Christian Schmidt, University of Leipzig

Pirmin Stekeler-Weithofer, University of Leipzig

Benno Zabel, University of Bonn


Starting with early modern philosophy, there is an increased awareness of self-reflexivity as a distinctive mark of rationality and human consciousness. In Hegel’s comprehensive assessment, this self-reflexivity gains a new twist in comparison to Cartesian and Kantian subjectivism by relating to the social world and its institutions in their historical development: Personal and inter-subjective structures, synchronically analyzed in Kant’s transcendental reflections, change into self-creative or autopoietic forms. In the resulting dialectic between the (transcendental) I that is a We and the We that is an I (since joint developments depend on individual actions), i.e. between the ontogenetic (individual) and phylogenetic (institutional) levels, Hegel invites us to treat self-creativity altogether as a social and cultural enterprise, known also under the title of Bildung. We are the self-creating, and self-created, personal subjects of our own educations.

In modern times, Niklas Luhmann’s autopoietic conception of “social systems” draws on this insight by treating whole domains of institutions, such as religion, art or science, not just as fulfilling particular natural (biological or social) needs, but as constituted in an immanent, and not transcendent, manner. Modern social structures are operationally closed to some degree and have, as such, a kind of eigen-value and separate life. This does not mean that they are blind to the spheres beyond their boundaries, but that they access the other spheres almost exclusively from inner perspectives by casting these spheres in their own categories.

This self-narrative, autopoietic form of institutions and their internal knowledge denies the myths in allopoietic (global, theological, metaphysical) narratives and goes hand in hand with an overall pluralization of world views. As such, it calls for an analysis of the inner narratives in the different fields of human spirit, such as art, religion or the sciences, particularly with respect to literature as a prototypical form of narrativity.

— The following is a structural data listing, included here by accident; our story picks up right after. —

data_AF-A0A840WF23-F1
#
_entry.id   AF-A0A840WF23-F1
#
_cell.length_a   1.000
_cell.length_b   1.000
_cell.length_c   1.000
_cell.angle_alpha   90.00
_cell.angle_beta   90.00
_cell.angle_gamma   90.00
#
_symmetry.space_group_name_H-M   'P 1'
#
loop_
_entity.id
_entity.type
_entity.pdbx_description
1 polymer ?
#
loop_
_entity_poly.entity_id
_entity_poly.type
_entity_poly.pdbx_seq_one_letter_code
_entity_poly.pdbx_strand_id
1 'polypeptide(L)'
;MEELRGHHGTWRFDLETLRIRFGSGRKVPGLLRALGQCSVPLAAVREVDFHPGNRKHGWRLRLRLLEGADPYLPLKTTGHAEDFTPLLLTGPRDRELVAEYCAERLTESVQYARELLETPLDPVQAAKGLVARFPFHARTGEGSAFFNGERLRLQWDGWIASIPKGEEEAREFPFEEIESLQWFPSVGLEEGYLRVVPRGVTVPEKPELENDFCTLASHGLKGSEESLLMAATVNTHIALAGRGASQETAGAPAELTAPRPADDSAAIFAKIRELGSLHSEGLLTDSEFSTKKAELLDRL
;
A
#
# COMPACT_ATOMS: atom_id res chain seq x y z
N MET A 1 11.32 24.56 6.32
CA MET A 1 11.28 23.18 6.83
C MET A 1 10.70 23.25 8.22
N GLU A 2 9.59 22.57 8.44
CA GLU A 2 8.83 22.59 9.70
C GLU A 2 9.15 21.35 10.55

The resulting plurality of narrations, i.e. the various perspectives from which the autopoietic structure of experience might be assessed, is the main objective of our conference. We aim to develop the concepts of autopoiesis and narrativity as essentially linked to modern thought from Hegel to Luhmann in order to understand the subjective and objective structures of human thought from varieties of perspectives in various fields of experience, including the social and exact sciences, art, didactics, etc. As self-reflective enterprises, they are all working with the narrative structures of texts or media, written literature, and corresponding canons.

The conference will be divided into four sections corresponding to the following four perspectives:

A) Theoretical Background

In this section, the participants are welcome to reflect upon the theoretical backgrounds of autopoiesis. Papers dealing with the relation of self-reflexivity, autopoiesis, and narrativity are welcome. Authors may focus on the key concepts linked to autopoiesis and reflexivity, such as difference, paradox, complexity, self-observation, narrativity, or Bildung, among others.

B) Institution and State

Authors may relate to the concept of self-reflexivity, autopoiesis and operational closure to modern (or contemporary) phenomena, such as the emergence of the market and public sphere, modern political structures and conflicts and crisis arising thereof. Papers dealing with the concept of self-reflective modernity and the educational system are equally welcome.

C) Narrativity and Art